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I'm trying to create multiple constructors, one that is a default value, of 100, and the other, if the user chooses to do so, has a value of whatever they decide. I'm confused on how to make the constructors, and allow them to be edited by the methods below. However, the constructors are my main priority. The methods I'll about when I correct my constructor situation.
Grant Gibson wrote:
Shouldn't I be able to out.print a line that has the meal card amount? Which, I think it should print 100, seeing as that is the default value.
Only if you have a means to access the amount. For example, a getBalance() method which returns the value you want to print, or a toString() method which converts the contents (balance and other information if present) into a displayable String.
Joined: Aug 05, 2005
You would need to add a method to your Mealcard class to return the current balance. Something like
You could then call this from your main class with
Joined: Nov 24, 2011
Steve Luke wrote:First, as previously asked, please copy and past the real error message, don't paraphrase, because you might be pointing us to the wrong position.
Second, You have an error on line 25 of the code you posted:
The variable balance does not exist.
Third, you might try saving the .java file, deleting any .class file, and recompiling just in case you aren't compiling current code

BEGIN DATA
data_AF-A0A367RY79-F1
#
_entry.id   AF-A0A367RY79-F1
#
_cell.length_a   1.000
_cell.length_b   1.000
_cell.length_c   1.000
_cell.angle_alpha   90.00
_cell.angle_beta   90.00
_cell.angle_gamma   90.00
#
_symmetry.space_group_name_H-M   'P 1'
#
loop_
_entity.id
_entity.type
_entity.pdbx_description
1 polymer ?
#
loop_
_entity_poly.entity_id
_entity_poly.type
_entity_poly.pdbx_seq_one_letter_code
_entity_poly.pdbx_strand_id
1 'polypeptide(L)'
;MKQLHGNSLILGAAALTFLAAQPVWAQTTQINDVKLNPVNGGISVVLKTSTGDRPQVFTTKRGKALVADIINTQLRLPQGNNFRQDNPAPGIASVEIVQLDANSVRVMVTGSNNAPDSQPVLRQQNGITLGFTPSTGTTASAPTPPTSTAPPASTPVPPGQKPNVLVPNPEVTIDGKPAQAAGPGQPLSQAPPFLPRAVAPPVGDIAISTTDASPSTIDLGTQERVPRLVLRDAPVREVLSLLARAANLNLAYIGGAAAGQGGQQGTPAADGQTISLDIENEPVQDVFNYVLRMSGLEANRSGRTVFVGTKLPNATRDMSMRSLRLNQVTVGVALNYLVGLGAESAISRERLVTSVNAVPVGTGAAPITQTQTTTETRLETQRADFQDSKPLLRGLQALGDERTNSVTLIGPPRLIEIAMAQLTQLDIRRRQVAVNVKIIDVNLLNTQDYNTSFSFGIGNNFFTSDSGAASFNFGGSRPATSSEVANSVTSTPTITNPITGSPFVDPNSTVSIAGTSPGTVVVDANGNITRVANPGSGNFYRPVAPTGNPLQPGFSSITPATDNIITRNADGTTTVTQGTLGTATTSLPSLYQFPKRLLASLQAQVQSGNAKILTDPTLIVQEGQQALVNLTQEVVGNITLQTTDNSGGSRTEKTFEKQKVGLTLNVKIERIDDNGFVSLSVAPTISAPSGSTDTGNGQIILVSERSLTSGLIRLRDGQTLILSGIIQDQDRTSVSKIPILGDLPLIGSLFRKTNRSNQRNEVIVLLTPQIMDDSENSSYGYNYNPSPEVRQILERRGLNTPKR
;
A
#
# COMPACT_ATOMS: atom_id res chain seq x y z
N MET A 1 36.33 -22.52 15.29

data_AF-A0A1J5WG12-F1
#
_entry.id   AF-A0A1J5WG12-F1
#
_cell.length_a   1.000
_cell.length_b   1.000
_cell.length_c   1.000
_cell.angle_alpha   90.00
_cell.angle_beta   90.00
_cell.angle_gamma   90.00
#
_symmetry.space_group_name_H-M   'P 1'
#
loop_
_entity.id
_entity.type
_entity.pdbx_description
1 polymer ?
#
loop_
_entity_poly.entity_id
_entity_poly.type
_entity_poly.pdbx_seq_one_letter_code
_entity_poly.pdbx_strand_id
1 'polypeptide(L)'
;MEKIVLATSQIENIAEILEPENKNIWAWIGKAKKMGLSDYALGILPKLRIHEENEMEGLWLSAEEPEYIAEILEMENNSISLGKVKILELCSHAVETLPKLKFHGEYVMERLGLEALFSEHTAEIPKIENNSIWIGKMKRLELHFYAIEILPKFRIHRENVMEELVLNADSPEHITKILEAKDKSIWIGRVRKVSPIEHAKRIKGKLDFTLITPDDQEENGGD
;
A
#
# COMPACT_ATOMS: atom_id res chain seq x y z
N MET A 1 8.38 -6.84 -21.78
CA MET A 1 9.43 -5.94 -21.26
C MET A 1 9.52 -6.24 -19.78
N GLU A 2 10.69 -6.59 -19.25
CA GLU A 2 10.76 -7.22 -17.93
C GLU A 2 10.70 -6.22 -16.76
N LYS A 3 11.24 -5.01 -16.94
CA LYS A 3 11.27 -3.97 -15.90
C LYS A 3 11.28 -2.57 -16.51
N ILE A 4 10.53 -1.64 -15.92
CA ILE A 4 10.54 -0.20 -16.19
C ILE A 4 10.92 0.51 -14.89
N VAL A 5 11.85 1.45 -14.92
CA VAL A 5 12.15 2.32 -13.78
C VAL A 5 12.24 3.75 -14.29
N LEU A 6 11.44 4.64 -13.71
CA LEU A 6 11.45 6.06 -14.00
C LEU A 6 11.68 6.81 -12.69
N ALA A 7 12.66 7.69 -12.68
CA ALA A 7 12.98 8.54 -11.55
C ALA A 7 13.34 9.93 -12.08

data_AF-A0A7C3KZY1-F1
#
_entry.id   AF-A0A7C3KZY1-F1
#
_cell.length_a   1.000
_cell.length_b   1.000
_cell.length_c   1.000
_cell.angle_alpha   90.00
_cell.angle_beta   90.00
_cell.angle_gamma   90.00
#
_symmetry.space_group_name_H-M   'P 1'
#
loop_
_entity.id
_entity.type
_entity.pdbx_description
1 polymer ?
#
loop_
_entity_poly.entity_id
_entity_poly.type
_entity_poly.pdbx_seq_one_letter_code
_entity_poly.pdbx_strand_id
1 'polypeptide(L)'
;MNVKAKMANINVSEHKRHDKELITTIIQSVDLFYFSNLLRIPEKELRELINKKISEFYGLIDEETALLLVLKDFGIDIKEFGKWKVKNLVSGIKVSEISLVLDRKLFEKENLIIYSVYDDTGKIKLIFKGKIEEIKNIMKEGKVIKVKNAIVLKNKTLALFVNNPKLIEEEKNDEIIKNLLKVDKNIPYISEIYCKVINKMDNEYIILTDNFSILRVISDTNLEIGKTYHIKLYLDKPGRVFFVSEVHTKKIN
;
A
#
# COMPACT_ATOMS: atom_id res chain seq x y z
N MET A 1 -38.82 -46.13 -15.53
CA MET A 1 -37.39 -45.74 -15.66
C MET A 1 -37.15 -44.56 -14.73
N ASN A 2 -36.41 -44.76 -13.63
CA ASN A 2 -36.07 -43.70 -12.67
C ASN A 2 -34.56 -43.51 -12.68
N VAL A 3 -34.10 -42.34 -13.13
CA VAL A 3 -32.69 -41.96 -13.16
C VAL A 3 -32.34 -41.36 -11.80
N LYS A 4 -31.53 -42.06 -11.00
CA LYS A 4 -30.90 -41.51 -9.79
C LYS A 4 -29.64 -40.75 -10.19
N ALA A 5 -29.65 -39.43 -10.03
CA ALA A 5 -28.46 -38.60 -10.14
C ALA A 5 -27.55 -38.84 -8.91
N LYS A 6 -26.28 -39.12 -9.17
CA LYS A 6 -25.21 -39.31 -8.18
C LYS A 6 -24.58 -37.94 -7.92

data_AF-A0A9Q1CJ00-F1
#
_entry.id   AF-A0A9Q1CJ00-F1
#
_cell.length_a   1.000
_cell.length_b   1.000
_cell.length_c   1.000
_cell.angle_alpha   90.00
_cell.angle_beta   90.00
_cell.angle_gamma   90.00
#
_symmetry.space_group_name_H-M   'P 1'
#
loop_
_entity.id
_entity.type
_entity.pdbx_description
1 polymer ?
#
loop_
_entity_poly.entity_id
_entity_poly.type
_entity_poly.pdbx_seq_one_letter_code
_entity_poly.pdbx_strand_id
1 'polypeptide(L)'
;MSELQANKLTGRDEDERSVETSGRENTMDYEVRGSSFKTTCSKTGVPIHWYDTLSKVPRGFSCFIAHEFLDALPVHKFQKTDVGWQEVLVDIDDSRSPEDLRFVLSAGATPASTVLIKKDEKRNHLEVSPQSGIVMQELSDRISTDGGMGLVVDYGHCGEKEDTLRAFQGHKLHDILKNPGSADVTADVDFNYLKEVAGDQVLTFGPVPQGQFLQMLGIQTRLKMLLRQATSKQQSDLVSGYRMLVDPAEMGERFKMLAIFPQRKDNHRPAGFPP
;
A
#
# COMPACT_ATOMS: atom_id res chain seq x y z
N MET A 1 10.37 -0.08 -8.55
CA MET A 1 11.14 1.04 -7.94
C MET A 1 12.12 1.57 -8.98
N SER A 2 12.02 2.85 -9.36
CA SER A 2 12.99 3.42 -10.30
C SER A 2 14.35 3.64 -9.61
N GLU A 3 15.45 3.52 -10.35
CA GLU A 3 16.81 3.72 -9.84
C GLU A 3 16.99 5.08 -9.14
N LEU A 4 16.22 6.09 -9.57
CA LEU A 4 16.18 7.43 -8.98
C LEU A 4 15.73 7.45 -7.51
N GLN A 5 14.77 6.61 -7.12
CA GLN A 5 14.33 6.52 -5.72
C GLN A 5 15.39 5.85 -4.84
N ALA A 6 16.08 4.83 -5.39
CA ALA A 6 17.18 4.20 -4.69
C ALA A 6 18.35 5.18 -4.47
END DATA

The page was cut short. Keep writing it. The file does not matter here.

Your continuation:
Alright. I changed balance to startBalance.
I'm using eclipse to compile and run, so I should be running the current code (hopefully, ha).
And the "error" I'm getting is not really an "error", it's just out.printing wrong. But here it is,
While I'm using this as the main class.
I just want to make sure the MealCard class is actually defining the value at 100, or whatever value is inserted. Which it is not doing.
You need an instance field with the balance in; this will be different for each instance. At least you have the value in integer format; that means it will be limited in value (if that means pence, then you need to keep the balance less than slightly over £20000000 [or $20000000, etc.]).
If you want a static field as a constant to maintain a default start balance, that is a good idea. It should really be final so it never changes.
I usually warn against no-arguments constructors, but in the case where you want a default initial value (100), that is all right. You want (startBalance) to pass to the other constructor. In the other constructor, you want to initialise the value ofbalance, which is not static.
You will, of course, use balance, not startBalance, throughout the rest of the class.
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